In survey after survey I see the same results emerging. Networking is one of the most critical elements in a successful job search strategy!
Recruiters consistently report that the hires that prove most successful for their business are those who've come via some kind of referral. Such recruits are likely to be hired in a shorter timeframe, have a better cultural fit with the organisation and be most likely to still be with the company many years later.
Candidates similarly report that securing a job via networking is their preferred means of landing their next role. Yet when you talk to candidates about how they are actually investing their job search hours, it's amazing how many are procrastinating and putting off networking activities.
So to help you shake the networking tree, here are 5 great tips that will help you get some momentum into your job search...
by Heather R. Huhman
Networking, networking, networking. It’s one of the most emphasized job search methods out there. The problem: most job seekers who think they’re networking aren’t actually accomplishing anything.
It’s not enough to connect on social media and then forget about them. Stay in the minds of your professional network by keeping in touch on a regular basis.
Here are five ways to stay in touch with your professional network:
Social media. True, it’s not enough to simply add someone as a social media connection, but social media is still important.
Facebook and Twitter allow you to share content directly with the people in your network. Use them to send interesting articles to the professionals who might find them relevant. LinkedIn keeps track of changes in your connections’ careers. Pay attention to these updates and congratulate people in your network when they get a promotion or start something new.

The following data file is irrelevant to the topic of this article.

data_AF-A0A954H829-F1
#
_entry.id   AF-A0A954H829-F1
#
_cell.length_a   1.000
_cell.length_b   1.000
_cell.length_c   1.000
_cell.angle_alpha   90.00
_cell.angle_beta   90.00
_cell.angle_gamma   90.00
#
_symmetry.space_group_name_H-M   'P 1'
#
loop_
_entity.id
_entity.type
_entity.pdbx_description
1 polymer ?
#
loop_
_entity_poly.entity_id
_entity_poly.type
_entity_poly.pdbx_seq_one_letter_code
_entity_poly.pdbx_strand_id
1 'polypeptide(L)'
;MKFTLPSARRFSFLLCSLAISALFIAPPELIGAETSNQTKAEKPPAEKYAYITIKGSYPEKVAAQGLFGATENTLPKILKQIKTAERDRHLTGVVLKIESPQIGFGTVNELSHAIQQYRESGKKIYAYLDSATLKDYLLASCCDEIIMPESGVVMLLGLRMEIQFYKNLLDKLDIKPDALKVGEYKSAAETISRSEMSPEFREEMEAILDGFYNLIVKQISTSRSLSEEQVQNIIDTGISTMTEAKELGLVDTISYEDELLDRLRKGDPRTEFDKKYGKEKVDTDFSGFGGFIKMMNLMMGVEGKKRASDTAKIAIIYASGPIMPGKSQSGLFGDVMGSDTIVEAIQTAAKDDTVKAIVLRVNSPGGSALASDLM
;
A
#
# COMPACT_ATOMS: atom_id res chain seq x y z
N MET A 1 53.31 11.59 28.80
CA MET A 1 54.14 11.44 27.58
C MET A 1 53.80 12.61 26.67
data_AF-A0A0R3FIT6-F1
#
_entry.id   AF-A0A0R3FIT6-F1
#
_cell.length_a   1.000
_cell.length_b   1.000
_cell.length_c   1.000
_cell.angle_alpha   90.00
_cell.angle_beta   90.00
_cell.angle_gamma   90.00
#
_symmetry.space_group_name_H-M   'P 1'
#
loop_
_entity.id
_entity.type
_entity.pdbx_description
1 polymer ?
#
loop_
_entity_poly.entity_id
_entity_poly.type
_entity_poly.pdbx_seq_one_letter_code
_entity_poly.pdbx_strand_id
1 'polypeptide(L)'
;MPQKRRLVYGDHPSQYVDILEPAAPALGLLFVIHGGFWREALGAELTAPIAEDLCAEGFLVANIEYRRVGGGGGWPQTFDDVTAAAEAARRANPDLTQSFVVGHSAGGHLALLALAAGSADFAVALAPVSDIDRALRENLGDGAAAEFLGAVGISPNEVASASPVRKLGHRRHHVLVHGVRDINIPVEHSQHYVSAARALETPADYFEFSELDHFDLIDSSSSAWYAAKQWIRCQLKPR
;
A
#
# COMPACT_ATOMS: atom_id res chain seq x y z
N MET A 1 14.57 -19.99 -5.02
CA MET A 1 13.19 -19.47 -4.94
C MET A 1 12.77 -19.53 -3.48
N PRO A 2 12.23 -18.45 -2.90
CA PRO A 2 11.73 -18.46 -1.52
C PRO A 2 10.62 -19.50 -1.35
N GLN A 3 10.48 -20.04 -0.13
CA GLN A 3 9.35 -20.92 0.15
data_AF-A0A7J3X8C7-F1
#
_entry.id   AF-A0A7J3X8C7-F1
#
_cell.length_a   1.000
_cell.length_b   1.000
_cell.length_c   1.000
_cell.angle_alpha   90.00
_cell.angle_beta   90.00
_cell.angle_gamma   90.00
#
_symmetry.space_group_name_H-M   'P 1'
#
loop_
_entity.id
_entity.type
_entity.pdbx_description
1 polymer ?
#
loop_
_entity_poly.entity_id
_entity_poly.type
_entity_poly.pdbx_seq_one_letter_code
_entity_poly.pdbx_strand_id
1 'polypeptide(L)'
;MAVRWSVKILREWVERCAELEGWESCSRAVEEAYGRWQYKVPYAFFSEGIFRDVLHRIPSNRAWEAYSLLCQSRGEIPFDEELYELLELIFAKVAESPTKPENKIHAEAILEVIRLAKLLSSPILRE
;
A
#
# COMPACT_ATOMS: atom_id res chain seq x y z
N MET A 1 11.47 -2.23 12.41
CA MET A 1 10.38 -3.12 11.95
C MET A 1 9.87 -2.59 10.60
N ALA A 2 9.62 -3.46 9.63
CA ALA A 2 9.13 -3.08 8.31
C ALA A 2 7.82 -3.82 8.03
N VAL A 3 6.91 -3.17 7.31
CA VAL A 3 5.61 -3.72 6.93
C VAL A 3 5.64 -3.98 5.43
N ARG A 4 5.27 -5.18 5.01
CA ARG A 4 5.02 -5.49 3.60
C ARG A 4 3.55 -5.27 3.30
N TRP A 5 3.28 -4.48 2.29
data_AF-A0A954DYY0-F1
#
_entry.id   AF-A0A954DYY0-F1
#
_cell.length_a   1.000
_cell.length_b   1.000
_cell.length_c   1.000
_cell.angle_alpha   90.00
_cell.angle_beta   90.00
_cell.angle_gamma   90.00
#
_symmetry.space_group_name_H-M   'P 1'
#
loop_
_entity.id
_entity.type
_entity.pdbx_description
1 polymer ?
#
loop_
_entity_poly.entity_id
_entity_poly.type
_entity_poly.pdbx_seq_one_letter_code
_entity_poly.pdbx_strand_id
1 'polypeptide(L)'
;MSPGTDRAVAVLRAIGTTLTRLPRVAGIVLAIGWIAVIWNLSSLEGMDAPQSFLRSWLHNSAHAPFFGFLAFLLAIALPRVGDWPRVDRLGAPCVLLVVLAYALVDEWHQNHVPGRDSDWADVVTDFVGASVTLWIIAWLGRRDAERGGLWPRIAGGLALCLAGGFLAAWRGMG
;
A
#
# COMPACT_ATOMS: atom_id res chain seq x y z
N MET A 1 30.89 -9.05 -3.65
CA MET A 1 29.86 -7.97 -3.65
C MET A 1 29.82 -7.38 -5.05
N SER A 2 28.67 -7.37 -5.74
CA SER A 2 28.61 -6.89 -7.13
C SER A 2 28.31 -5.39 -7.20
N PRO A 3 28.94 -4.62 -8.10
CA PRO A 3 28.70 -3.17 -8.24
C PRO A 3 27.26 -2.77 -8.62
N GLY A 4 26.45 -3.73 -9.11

Email. Sending an email to someone is much more direct and personal than social media. Email is more likely to result in a back-and-forth conversation, so take advantage of it.
Like with social media, you can start a conversation with an article or some congratulations. Another idea is to let them know when you start something new or accomplish something important, and ask them for advice.
Phone calls. Sometimes a quick phone call is all it takes to learn something new.
Call up your contact and say, “Hey, I’m really interested in learning more about this part of your job. Would you chat for a bit to share insights on how you do it?” If they have the time, they’ll probably talk to you. If they’re busy, chances are they’ll tell you to call back when they have the time. Either way, be prepared with questions to ask.
Greeting cards. A fun way to reach out to people is by sending greeting cards.
A simple handwritten note is all it takes. It can be to say thank you or even for a holiday. Send these to people you have connected with in the past, or people you have just met. No matter who you send these to, be sure to thank them for their time.
Invite them out. Whether it’s lunch or just coffee, face-to-face communication is always the best way build and maintain a relationship.
Do research beforehand and come ready to discuss the latest trends your industry. Have a strategy and goals for the conversation. What do you hope to gain from your meeting? Ask for career advice. If you show you want more than just a connection to a job, most professionals will be happy to help.
When you keep in touch with your professional network, they are much more likely to help you out when it’s time to look for a new job. Maintain a genuine relationship with these people and the rest will be easy.
What are some other ways you find effective for staying in touch with your professional network?
Heather R. Huhman is a career expert, experienced hiring manager, and founder & president of Come Recommended, a content marketing and digital PR consultancy for job search and human resources technologies. She is also the instructor of Find Me A Job: How To Score A Job Before Your Friends, author of Lies, Damned Lies & Internships (2011) and #ENTRYLEVELtweet: Taking Your Career from Classroom to Cubicle (2010), and writes career and recruiting advice for numerous outlets.
Image source: Andres Rueda
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